By now, you know that the plants in a permaculture food forest are strongly interconnected, which is why a companion planting chart is an excellent resource to have on hand when choosing plants for your forest garden.
Go back to those forest layers I mentioned in the beginning. You don’t have to include every layer, but these will help you envision the scale you want to create. Many plants overlap in these categories, as well. So you won’t necessarily need to buy plants for each one.
Also, be sure that if you are planting trees, include varying sizes and account for the shade they will create as they grow. It’s also important to choose plants suitable for your climate. This USDA Plant Hardiness Zone Map will help with that.
Implement Your Plan
Now you’re ready to start planting!
Start with the new canopy layers you are adding to the landscape. These will likely be the largest and most labor-intensive plants to get in the ground.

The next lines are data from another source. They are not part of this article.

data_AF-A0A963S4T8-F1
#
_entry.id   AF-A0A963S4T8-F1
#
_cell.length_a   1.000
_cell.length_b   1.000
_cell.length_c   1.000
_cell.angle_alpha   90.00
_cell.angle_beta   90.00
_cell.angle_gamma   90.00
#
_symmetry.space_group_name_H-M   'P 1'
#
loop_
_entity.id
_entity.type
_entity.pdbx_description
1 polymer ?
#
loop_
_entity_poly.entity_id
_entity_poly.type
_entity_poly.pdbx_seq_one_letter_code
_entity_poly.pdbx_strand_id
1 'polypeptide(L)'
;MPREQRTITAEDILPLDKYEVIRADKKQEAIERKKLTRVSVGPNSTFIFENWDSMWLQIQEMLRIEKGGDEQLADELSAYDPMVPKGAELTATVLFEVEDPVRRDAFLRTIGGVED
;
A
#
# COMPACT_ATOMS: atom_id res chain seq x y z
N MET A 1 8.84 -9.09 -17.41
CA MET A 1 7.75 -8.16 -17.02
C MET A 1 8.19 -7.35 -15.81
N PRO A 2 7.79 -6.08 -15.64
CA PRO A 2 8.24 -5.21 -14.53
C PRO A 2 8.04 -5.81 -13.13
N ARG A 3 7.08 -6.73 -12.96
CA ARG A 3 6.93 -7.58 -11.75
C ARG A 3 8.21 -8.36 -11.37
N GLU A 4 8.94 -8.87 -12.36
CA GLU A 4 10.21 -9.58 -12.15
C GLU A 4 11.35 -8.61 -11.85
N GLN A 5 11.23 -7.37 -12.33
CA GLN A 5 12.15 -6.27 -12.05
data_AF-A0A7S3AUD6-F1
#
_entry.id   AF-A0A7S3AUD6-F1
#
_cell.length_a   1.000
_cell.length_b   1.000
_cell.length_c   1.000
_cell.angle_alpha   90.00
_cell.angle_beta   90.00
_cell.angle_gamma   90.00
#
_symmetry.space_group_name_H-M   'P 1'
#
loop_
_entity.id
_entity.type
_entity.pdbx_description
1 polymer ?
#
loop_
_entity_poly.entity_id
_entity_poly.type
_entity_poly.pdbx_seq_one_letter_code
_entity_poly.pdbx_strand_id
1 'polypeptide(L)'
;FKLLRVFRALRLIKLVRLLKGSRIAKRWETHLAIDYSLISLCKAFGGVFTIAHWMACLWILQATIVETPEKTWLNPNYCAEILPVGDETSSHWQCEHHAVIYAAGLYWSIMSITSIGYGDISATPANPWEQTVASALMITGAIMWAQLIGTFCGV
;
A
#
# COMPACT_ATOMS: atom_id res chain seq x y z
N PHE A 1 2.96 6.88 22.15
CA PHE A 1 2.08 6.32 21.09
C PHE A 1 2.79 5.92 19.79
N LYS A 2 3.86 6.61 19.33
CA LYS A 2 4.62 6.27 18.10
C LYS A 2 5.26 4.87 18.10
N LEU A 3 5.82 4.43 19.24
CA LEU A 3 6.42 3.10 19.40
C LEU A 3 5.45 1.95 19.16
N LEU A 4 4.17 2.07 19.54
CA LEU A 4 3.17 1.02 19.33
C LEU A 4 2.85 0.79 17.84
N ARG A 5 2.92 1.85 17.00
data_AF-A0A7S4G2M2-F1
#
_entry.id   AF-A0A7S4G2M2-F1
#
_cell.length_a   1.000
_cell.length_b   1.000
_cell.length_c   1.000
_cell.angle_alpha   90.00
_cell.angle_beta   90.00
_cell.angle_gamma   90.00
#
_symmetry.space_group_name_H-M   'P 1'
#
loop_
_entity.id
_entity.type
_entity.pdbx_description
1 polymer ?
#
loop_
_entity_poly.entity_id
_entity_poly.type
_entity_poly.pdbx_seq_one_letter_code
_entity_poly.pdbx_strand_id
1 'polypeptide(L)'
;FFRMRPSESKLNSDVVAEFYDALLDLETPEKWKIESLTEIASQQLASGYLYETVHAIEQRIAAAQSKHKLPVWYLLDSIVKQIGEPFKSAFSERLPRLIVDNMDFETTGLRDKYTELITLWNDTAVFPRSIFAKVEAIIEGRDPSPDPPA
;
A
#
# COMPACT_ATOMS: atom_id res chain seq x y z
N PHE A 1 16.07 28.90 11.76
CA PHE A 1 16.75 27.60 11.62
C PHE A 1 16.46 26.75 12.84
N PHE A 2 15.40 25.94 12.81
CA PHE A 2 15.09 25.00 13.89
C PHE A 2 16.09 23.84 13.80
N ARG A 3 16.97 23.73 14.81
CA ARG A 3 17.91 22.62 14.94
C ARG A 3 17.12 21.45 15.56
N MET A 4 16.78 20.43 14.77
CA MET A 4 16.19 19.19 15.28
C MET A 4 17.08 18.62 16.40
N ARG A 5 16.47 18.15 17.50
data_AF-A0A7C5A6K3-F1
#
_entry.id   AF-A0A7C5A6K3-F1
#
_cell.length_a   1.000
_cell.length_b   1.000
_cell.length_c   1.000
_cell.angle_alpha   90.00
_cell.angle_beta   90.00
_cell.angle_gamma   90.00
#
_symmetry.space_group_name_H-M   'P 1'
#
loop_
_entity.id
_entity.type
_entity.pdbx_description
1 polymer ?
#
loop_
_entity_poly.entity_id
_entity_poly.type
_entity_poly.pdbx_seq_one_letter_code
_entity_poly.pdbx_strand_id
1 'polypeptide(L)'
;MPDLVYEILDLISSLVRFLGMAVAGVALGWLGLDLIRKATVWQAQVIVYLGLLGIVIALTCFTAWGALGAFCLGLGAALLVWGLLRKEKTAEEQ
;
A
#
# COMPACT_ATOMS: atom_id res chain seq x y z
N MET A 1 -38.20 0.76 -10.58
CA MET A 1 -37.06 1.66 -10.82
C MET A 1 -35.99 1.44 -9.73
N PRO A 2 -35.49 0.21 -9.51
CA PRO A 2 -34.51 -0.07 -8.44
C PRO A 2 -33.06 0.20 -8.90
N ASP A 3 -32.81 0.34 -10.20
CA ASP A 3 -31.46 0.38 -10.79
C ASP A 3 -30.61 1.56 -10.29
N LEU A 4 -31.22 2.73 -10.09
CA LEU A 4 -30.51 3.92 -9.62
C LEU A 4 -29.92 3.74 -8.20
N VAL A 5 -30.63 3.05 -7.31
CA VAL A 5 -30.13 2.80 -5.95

Then move on to adding plants in each of the food forest layers you’re growing. As you go, add compost and mulch (especially in the beginning stages) to cut down on weeding and watering.
When you are just starting out, you may want to add more annuals to your food forest. Doing so allows you to take advantage of that sunlight that won’t be so abundant in a few years when the canopy layer matures.
That’s one of my favorite things about growing a food forest—it’s a fluid, ever-changing system offering new lessons year after year!
Food Forest Fun
I really hope this gave you some insight and inspired you to grow a forest garden of your own! Although the permaculture design process has many steps and much to consider, I can honestly say the rewards are well worth your inputs. Learn more about how you can create a permaculture homestead.
Remember to start small and have fun. Lose the pressure to do everything perfectly. With permaculture, there’s always a way to overcome obstacles!
I’m curious to know, what is your primary reason for wanting to grow a food forest?